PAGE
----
Hello soundstage. Moving to my desktop, the satellites suddenly stretched 120cm apart to develop the usual panoramic stereo illusion. Because Audiobyte's Hydra X1+ USB bridge lacks Toslink—being high-brow audiophile, it only outputs I²S via HDMI, coax, BNC and AES/EBU—and because I had no S/PDIF cable with a normal plug on one end but that now necessary 3.5mm on the other, I couldn't hifi my PC. JRiver Media Center just populated the screen with album covers to look the part. Refusing to go wireless, I fell back on USB thumb media. This netted a blue light and instant tunes, albeit no navigation niceties other than track last/next via the IR remote. Here soundgil's mobile app would make all the difference as Jean-Marc chronicled in his review.

With the outer cubes toed in straight at my ears and angled up, I still heard a bit of that midrange-centric tonal balance which favored relaxed meaty density over lit-up twitchy airiness and micro resolution; just by a rather smaller shift than earlier. Considering the likely oft-compressed tunes which this micro system will process via blue-in-the-teeth smart phones, such a voicing now struck me as a clever life-saving antidote. To finally also test Toslink, I borrowed my wife's MacBook Pro, her Apple DVD drive to spin, hello Dolly, physical media, then grabbed another mini adapter for the far end of soundgil's included black Toslink cable.

Showing now dark green as though 'go' on the front, the soundgil engines kicked in and roared, no Audirvana/PureMusic shenanigans involved. Running through Nasiba Abdullajeva's Majnun Ethno Pop from Uzbekistan à la Sevara Nazarkhan and Yulduz Usmonova at stout levels, I enjoyed even richer colors and denser corporeal chunky images.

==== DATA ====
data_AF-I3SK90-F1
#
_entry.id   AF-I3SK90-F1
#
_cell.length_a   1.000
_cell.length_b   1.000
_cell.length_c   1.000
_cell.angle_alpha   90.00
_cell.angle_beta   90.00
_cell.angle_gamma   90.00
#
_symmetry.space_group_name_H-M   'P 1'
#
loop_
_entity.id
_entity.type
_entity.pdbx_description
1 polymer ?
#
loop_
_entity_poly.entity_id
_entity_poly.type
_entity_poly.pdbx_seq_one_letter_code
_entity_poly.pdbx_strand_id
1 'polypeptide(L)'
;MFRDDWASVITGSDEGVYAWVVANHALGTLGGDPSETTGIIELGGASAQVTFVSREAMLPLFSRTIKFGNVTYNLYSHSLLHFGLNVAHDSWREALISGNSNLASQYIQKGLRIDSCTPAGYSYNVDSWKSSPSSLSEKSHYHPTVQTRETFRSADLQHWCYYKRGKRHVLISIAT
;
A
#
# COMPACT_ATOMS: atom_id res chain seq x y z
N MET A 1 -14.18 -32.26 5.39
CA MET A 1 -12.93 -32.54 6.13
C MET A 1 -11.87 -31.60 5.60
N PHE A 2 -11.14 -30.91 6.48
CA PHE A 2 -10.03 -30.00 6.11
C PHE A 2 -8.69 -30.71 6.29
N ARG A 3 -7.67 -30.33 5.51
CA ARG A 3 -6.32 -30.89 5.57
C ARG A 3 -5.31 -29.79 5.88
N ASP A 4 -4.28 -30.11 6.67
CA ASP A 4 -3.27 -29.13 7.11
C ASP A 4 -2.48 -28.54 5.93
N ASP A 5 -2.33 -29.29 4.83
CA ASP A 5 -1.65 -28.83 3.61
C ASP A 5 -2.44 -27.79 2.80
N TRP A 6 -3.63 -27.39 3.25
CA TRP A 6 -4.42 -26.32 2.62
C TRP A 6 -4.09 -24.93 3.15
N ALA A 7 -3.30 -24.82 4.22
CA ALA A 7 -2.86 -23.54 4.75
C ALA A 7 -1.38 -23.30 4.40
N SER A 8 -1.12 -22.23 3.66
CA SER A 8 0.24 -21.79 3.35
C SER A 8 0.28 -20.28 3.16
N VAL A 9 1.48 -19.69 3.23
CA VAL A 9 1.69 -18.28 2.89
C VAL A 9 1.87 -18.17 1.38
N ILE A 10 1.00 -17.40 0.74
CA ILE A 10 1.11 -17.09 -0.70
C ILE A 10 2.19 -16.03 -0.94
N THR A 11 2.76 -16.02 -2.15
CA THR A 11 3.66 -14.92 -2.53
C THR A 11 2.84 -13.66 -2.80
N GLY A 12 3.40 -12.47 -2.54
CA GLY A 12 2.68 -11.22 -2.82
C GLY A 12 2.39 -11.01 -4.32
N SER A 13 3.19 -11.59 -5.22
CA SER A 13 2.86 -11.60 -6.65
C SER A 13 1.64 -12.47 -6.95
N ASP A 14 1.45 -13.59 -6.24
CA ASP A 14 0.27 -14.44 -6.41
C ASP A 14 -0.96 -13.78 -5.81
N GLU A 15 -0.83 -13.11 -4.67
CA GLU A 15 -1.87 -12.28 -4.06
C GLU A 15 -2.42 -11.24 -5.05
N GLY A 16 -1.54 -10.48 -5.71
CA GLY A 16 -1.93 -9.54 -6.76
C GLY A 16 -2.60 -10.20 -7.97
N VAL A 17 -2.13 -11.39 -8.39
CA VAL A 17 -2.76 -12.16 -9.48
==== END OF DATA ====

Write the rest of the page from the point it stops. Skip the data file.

I started to view these Taiwanese bricks as no less than my usual Swiss, just a different equally valid proposition aimed at a more youthful clientele. These shoppers (or their parents) might start stacking the satellites atop their center module for a no-soundstage cluster fed low-brow MP3 files to leave much under the table. But without changing hardware—just letting the sats spread to create distance for proper left/right expanse elevated and angled to hit their pink targets, then running CD-quality 'full resolution' files—this micro rig will scale up in sound quality to, indeed, become someone's first step into the high end through various more intimate settings. After all, even diehard audiophiles will feel hard pressed to justify these €4'000/pr Fram Midi 150 actives from Poland for such applications no matter how advanced they here sound.

This being precisely what soundgil set out to do and considering the bonsai aspects, I must say, Mission Impossible accomplished should you wish to accept it. Otherwise this review will self-destruct in twenty seconds.

Rose gold is just one of the four options before self destruction. And yes, JM's wish for a specially lined bag to quickly but safely take these and their accessories to a weekend pad, beach house or friend's makes a lot of sense. If soundgil receive sufficient such requests, perhaps a cube-it travel bag will show up as an optional accessory like those column footers already have.

Bring it or bling it? 

Why should looking good and stylish not go hand in glove with proper sonics? soundgil for one don't believe there's any conflict. Good for them!